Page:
The Patriots certainly changed some things up defensively in their 59-24 victory over the Colts Sunday.
It was certainly more exciting to watch as the Patriots flew around the field and tried to make things happen.
There were 17 true blitzes (more than four pass rushers sent), their second-highest total dating to the start of the 2010 season.
There were seven zone exchanges, which is a pressure concept in which a normal pass rusher drops into coverage and is replaced in the rush by a linebacker or defensive back. It’s a way to generate pressure without actually taking players out of coverage — a staple of the Jets and Ravens.
There were also more straight run blitzes than the Patriots usually employ.
The result was a feeling of constant pressure, not only for fans watching at home, but also on quarterback Andrew Luck, who constantly was being moved off his spot in the pocket, which is the goal of any pass rusher. If a quarterback has to move, it decreases the chances of him completing the pass.
About time. People love to rail against the Patriots secondary when the lack of a consistent pass rush was actually the biggest problem.
The big question is, will it continue?
Unfortunately, the answer to that could be no, unless Bill Belichick turns over a new leaf.
The rise in pressure likely had little to do with the arrival of Aqib Talib or anything else in the secondary; the Patriots played largely the same concepts — Cover 3, Cover 2, and Cover 1 with a robber wrinkle thrown in. There was not an uptick in man coverage.
That the Patriots suddenly blitzed their highest percentage of the season (30.9 percent of the dropbacks) and had their most total pressure concepts (43.6 percent) can be attributed to the coordinator the Patriots were playing against (Bruce Arians), and also the opponent themselves.
Dating to the start of the 2010 season, of the six games with the highest number of blitzes, Arians was coordinator of three of those teams: 2010 Steelers (23 blitzes), 2012 Colts (17), and 2011 Steelers (14).
Why the need to throw so much at an Arians offense? Likely for two reasons: because quarterbacks Ben Roethlisberger (especially) and Luck don’t make a lot of mistakes unless forced into them; and Arians’s offense lives off deep drops from center by the quarterback and a lot of deep routes. If the quarterbacks aren’t rushed, there could be big trouble down the field.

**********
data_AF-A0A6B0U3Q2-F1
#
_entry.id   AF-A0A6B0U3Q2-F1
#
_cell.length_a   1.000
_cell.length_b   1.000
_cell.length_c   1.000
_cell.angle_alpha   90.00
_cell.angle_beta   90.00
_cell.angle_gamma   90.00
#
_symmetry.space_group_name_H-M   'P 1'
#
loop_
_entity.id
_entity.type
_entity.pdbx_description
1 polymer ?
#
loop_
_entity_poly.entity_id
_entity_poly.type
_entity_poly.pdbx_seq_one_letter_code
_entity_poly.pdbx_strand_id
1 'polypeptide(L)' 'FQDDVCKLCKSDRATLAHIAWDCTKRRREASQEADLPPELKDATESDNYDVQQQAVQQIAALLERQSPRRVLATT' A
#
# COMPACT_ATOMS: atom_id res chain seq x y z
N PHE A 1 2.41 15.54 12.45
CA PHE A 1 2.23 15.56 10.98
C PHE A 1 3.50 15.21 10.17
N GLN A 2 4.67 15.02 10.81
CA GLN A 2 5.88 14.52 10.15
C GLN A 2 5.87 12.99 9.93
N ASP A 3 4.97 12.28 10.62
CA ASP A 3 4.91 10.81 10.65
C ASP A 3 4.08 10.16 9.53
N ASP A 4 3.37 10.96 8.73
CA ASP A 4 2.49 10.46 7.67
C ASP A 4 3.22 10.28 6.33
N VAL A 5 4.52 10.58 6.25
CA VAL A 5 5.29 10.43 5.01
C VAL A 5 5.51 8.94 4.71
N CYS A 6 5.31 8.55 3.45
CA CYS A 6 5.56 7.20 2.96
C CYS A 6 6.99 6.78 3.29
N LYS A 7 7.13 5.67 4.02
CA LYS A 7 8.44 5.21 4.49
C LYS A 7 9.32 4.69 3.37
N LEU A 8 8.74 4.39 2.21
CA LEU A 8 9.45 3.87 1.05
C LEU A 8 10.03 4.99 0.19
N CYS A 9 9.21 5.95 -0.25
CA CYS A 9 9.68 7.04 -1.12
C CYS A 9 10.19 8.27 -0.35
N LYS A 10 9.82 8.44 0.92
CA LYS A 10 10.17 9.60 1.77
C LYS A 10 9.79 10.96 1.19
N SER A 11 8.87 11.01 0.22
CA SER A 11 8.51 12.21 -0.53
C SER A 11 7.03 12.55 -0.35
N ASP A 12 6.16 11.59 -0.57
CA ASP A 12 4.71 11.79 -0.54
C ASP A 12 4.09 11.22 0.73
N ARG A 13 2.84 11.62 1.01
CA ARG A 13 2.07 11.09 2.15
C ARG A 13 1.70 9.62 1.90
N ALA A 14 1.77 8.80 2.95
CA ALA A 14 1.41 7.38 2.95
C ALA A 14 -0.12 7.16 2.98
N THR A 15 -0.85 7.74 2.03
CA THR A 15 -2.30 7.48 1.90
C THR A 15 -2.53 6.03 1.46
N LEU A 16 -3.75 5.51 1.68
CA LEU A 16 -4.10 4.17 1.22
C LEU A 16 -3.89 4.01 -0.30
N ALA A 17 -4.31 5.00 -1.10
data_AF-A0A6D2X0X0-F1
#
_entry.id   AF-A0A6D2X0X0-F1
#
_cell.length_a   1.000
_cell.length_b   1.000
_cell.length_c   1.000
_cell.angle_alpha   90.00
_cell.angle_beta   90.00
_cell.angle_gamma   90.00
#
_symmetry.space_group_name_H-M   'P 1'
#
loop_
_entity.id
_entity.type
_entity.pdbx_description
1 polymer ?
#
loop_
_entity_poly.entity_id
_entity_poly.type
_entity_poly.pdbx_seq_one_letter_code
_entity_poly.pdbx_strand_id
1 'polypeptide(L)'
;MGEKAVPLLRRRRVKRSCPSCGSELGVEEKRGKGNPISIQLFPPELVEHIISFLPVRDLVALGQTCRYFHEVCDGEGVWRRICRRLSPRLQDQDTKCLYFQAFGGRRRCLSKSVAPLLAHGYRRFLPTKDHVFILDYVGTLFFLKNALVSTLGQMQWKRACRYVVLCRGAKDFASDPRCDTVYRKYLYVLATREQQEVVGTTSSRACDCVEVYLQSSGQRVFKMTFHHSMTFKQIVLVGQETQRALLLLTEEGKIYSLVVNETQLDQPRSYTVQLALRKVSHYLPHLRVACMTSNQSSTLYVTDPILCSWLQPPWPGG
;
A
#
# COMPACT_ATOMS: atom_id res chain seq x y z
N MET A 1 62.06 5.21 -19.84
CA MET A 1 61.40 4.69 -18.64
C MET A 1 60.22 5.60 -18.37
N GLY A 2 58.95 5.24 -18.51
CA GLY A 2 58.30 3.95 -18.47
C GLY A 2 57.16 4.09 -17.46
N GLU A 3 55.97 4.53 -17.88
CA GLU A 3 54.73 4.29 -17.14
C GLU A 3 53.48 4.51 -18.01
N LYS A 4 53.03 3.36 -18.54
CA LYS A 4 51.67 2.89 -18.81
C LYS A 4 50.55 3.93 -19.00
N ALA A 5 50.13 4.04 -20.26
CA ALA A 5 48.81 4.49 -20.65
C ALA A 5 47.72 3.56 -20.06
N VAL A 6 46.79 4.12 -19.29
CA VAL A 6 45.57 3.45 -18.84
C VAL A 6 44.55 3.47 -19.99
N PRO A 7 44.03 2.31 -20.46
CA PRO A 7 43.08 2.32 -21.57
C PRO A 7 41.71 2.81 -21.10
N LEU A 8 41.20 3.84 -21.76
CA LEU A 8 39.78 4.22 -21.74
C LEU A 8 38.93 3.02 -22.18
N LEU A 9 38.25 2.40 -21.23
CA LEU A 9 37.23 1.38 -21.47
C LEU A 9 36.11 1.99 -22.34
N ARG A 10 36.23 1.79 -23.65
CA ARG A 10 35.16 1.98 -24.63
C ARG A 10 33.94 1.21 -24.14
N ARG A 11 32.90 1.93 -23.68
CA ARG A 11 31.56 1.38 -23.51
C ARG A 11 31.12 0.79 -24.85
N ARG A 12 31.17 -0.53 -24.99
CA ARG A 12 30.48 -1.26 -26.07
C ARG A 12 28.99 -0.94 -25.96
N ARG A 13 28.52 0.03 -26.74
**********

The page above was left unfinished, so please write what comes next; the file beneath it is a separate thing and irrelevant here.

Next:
Mix in that Luck still plays like a rookie, and that the Colts rely on one target (Reggie Wayne), work almost exclusively in the middle of the field, lack the outside threats to keep defenses honest outside the numbers (think the Patriots in 2010 and ’12), and have an offensive line that is unathletic, and you have a perfect scenario for the Patriots to get more aggressive.
And while the defense showed only modest improvement over the Bills game over the span of 81 plays (even after the Talib interception, the Colts still averaged 6.2 yards per play on the next six drives), the pressure concepts helped make the defense more effective.
When the Patriots used a blitz or zone exchange, Luck completed 52 percent of his passes for 134 yards (5.36 yards per attempt) with no touchdowns and one interception for a passer rating of 51.1.
The Patriots generated 13 (sack, seven hurries, five knockdowns) of their 17 quarterback pressures on those plays (76.5 percent).
When the Patriots sent three or four rushers, Luck completed 61.5 percent of his passes for 217 yards (8.4 YPA), two touchdowns, and two interceptions for a rating of 81.7. The Patriots generated just two hurries and two knockdowns on those plays.
It’s a perfect example of how the ability to generate pressure on a quarterback increases the effectiveness of the secondary exponentially.
We’d love to see the pressure concepts continue for exactly that reason, but they probably won’t. The Patriots are who they are: a defense that will play the percentages that most teams can’t go on long, sustained drives against them without turnovers. It’s a formula that has been very successful for a long time.
The positional ratings against the Colts:
Quarterbacks (rating: 5 out of 5)
Well, somebody was tired about hearing about Luck. An obviously motivated Tom Brady was stellar from the start. Give him protection against an overmatched secondary, he’ll annihilate you all the time. That opening drive for Brady (5 of 6, 74 yards, touchdown) was one of his best of the season. No throws held longer than 2.7 seconds. He was decisive, throwing the ball with authority and into tight windows.Continued...